Rest in peace.

Bernie Banton, who will be remembered as the man who led and won the drawn-out battle for compensation from the building products giant James Hardie has died at his home in Sydney.

Mr Banton, who suffered from mesothelioma, died at about 1:00am surrounded by his family. With the backing of the ACTU (Australian Council of Trade Unions), Bernie Banton succeeded in extracting a $4 billion compensation package from James Hardie for all of its former employees affected by asbestos.

His last battle was waged this year, when he won a second personal compensation claim from a James Hardie subsidiary, Amaca, where he worked in the 1960s and 1970s.

Bernie Banton

Posted in life
13 comments on “Rest in peace.
  1. Tony Healy says:

    A hero.

  2. Paul Burns says:

    A wonderful man.
    If there were more like him we’d be a far far better country than we are.
    May he rest in peace.
    As I said on another thread, he deserves a State Funeral, if that’s what his family wants.

  3. gandhi says:

    There’s been a lot of post-election analysis pointing to “Howard’s Battlers” as the population sector which swung this election so decisively against the Coalition. Bernie was a man who they could all relate to, and his story was one which served as a cautionary tale to both blue and white collar workers.

    Thank God he lived to see Howard defeated, and his compensation case settled. One can only imagine that these causes are what kept him going so long – a true battler, if ever there was one!

  4. mbahnisch says:

    I was very sad to hear this news this morning. I can only echo the sentiments in the second para of gandhi’s comment.

  5. Fatalities on US building sites: 1 in 1,000.
    Fatalities on British building sites: 1 in 4,000.
    Fatalities on Australian building sites: 1 in 16,000.
    The people responsible for saving the lives of 15 Australian building workers a year are the delegates and officials of the various building unions.
    Some of them are big men.
    Some have tatts and talk tough; they have to (talk tough that is, the tatts are optional :)) it’s a tough industry. But when the Liberals span their lies about thuggery and released a tape of a CFMEU official swearing as he made a safety inspection the response from Rudd was to expel the official from the ALP.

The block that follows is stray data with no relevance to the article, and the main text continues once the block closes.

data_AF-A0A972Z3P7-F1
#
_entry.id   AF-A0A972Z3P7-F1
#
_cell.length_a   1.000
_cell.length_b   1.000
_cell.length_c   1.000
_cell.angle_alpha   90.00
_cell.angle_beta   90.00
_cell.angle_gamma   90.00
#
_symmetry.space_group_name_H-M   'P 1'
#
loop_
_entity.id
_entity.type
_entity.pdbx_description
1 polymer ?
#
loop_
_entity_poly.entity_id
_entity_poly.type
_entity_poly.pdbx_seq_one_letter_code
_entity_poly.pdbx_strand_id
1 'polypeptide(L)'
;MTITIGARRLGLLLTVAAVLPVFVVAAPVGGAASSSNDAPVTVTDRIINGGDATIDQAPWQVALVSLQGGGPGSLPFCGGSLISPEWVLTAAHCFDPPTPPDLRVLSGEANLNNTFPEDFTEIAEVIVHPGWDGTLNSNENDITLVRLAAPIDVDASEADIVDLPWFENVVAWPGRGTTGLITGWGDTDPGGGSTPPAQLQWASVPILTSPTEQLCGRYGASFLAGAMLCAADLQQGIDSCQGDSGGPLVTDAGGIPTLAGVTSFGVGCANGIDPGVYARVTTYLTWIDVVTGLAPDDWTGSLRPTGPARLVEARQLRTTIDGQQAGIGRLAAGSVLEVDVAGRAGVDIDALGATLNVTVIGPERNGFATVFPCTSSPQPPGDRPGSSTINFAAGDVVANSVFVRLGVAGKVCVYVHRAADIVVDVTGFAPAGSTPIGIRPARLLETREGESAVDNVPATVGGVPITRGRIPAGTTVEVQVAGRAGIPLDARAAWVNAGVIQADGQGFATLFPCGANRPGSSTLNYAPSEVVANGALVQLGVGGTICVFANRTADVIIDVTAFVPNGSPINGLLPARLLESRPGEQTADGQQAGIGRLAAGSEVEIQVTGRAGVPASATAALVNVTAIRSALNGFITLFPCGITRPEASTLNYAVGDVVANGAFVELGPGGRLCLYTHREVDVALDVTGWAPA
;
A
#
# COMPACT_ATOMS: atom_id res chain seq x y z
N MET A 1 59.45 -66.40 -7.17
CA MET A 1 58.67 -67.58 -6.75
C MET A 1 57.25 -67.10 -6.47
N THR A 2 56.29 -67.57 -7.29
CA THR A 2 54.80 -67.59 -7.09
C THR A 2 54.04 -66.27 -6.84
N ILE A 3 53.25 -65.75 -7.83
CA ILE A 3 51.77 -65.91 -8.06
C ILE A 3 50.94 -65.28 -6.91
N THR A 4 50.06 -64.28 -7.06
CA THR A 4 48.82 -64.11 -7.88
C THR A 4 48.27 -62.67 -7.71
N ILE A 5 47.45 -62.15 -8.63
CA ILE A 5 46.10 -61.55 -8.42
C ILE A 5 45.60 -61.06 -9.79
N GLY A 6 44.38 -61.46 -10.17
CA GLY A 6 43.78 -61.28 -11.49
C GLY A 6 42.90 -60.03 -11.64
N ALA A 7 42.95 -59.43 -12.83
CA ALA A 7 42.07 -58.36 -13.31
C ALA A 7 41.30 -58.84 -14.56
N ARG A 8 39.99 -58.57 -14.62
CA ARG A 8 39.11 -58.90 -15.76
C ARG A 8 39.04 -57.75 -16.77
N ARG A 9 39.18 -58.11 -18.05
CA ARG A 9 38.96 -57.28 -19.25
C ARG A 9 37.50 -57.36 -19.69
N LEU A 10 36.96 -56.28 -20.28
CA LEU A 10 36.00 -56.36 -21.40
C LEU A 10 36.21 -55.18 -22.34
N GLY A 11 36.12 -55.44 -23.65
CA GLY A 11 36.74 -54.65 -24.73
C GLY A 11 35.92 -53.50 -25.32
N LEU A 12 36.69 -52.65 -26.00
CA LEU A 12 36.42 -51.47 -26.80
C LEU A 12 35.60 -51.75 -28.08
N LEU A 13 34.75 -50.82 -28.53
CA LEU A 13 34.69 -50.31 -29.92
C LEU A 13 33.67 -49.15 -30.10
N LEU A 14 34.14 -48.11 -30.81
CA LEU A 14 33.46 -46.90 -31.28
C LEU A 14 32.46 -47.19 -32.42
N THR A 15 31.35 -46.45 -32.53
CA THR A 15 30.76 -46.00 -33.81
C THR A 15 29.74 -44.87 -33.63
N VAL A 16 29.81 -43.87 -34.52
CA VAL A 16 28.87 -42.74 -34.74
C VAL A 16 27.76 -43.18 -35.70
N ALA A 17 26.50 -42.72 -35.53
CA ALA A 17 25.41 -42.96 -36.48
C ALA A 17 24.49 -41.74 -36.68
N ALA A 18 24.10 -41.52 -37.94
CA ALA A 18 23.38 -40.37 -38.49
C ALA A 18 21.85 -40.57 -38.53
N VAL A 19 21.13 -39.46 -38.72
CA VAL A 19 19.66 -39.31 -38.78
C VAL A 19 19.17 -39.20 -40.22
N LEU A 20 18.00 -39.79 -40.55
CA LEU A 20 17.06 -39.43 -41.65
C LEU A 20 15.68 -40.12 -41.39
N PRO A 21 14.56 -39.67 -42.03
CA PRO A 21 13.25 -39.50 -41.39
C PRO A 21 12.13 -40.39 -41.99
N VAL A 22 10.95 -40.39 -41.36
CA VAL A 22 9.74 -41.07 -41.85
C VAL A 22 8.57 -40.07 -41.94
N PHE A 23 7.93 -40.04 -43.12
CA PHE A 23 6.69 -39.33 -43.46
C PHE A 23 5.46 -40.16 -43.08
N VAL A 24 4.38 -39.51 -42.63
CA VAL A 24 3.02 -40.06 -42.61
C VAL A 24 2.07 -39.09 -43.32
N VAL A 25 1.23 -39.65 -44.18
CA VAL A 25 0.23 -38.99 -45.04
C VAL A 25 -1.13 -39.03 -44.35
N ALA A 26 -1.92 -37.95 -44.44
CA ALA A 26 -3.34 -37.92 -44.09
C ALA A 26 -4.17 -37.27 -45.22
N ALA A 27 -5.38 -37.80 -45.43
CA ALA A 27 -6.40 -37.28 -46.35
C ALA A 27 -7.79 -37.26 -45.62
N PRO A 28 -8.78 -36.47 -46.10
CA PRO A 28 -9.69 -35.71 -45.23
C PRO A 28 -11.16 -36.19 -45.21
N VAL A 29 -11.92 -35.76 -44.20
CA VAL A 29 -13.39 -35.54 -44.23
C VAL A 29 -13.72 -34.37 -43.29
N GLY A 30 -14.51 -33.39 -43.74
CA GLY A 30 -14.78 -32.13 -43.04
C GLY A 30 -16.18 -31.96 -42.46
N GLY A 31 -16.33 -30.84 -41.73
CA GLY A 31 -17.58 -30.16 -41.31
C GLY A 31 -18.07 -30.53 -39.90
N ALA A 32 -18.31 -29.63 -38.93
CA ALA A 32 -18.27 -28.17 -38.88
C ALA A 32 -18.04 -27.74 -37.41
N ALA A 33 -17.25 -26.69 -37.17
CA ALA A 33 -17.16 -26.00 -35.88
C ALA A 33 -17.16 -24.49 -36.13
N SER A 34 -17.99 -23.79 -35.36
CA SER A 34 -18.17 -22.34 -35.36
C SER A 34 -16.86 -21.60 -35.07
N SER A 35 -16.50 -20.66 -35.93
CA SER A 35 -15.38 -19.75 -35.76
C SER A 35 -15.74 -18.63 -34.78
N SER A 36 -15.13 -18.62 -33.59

So forgive me for my mixed emotions when Rudd made his tribute to Bernie on Saturday night. Part of me rejoiced that something of substance broke into that bland speech. But another part was filled with rage at the hypocrisy that lauds a fighter for his class because he is dying and therefore acceptable to the media while hundreds of other fighters in the same cause will continue to face persecution by the Cole Royal Commission.
    If this particular bit of “me-tooism” continues after the election and the building unions continue to be persecuted then building workers will die. That is thuggery.

  6. Nabakov says:

    Well said Robert.

    A killer (in every sense) retort to the anti union ads would have been flashing up shots of certain buildings and superimposing on them who
    the current outspoken anti-union tenants are and the number of serious injuries and deaths that that building cost.

    We do tend to take for granted those towering steel, glass and concrete edifices that so many of us infest to make a crust ourselves. A few generations ago, they’d have been seen as impossible pipe dreams. Yet now they’re erected in record time by blokes who won’t cut corners until you cut their working conditions. And even then they won’t. I’ve known a few major project construction workers in my time and they seem to take great pride in their work. “Eureka Tower? You shoulda been there for the topping off. A real beauty that one. We all wrote our names in the cement underneath the overlay on the top floor.”

    Reminds of me of an anecdote about some people watching a big construction crane at work on a skyscraper and someone mentioning the crane operator gets paid more than the Prime Minister. “Yeah so, do you really want the PM driving that crane?”

    A bit of bad language and standover tactics, whether its Dick Pratt or Norm Gallagher, is a penalty I’m quite happy to pay for living in a vibrant economy where my milk is well packaged and where my office doesn’t fall down. So far we seem in Australia to have got the balance right.

  7. FDB says:


  8. Helen says:

    #6 Robert Bollard – well said that man.
    Nabs also.

    It’s depressing how many people seem to think that our working conditions are just the result of the nice employers being good blokes. Sure, some of them are, but at the turn of the last century you wouldn’t want to work in a mine or a factory or on a building site.

  9. Ambigulous says:

    Bernie rose to the challenge of being the public face of the dying asbestos sufferers. Most of his demands were for others, and for the future. What a courageous, warm, intelligent man.

    Vale Bernie.

  10. nasking says:

    Bernie lived standing up, not on his knees. An inspiration to all Justice seekers.
    His memory & message is stamped on Australian society…& it is the better for it.

  11. nasking says:

    Excellent points Robert. You said articulately & w/ punch what needs to be said. Brave, determined Workers need brave, determined advocates & Guardians.

  12. Jane says:

    Bernie was indeed an inspiration to us all. He was a great Australian and a wonderful advocate for the rights of working people to have a safe working environment. Vale Bernie.
    It was reported in yesterday’s Advertiser that those scumbags at James Hardie are still trying to strip him of his compensation, post mortem.

Comments are closed.

  • An error has occurred; the feed is probably down. Try again later.
%d bloggers like this: